To become the person I want to be without alcohol, do I have to do a sobriety course or pay someone to get the results?
We invested time, money, and energy into our drinking careers so we have to invest time, money, and energy into our recovery.
“Being part of a support system is absolutely vital if you want to get the most out of sobriety.” – Chip Somers
When I got sober, there was only AA and I didn’t have any money so that was the only option for me. As soon as I was back on my feet, I invested in therapy, and then I started doing workshops and all that kind of stuff.
When I had more resources, I did invest in resources.
Please do not invest any money in a sobriety course with people who have no qualifications.
If you’re going to pay to work with someone, please make sure that they are qualified, accredited, licensed, or whatever it is in the country that you are. Make sure that they have some experience and that they’ve signed up with some ethical guidelines. If you do not see any of those things, do not work with them.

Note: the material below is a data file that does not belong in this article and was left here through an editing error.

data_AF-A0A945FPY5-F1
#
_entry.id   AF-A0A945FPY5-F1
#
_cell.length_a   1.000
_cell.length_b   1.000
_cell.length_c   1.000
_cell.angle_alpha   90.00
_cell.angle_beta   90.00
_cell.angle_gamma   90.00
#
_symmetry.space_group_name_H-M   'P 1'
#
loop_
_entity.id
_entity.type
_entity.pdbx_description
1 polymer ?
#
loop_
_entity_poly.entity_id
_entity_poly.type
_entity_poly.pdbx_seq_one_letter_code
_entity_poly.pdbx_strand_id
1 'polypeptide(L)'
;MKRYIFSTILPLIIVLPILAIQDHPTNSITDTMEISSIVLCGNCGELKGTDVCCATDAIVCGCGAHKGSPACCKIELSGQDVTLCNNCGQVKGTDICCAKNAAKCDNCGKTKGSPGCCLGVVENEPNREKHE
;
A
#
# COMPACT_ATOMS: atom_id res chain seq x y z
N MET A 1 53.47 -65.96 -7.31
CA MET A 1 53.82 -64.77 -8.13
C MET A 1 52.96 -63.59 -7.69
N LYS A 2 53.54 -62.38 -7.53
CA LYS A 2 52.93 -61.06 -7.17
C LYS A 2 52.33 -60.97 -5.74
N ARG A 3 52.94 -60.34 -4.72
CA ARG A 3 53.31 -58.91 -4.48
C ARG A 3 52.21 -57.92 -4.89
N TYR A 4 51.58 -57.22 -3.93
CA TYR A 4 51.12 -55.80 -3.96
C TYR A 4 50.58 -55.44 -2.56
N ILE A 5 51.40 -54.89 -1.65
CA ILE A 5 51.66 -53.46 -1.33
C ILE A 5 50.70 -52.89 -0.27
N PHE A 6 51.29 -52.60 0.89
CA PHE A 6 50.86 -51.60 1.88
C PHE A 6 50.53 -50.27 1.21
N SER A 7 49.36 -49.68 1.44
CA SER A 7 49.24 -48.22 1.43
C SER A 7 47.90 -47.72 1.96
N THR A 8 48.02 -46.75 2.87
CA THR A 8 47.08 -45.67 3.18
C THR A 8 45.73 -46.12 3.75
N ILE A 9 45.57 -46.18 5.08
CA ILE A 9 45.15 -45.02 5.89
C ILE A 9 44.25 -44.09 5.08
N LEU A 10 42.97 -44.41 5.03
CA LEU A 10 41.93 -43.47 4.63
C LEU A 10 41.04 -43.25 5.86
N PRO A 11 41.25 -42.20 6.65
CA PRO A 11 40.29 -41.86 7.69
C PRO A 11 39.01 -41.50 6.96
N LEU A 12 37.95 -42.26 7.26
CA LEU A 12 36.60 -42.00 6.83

This is so much more than just stopping drinking, it’s not breaking a habit.
There are mental health issues, trauma, countertransference, etc. I’ve seen people do a lot of damage, and waste money, and get no results.
Start where you’re at.
If you’re able to invest in professional help, that’s going to be enormously helpful if they’re the right person and it’s the right program.
If you’re not able to invest, then look around at all of the free and low-cost stuff there is available to you.
- Register now for our FREE 8-Day Training: Sober Mindset—Change your beliefs, change your life!
- Join our Soberful FREE private Facebook group for community and support.
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- Submit Your Questions to Us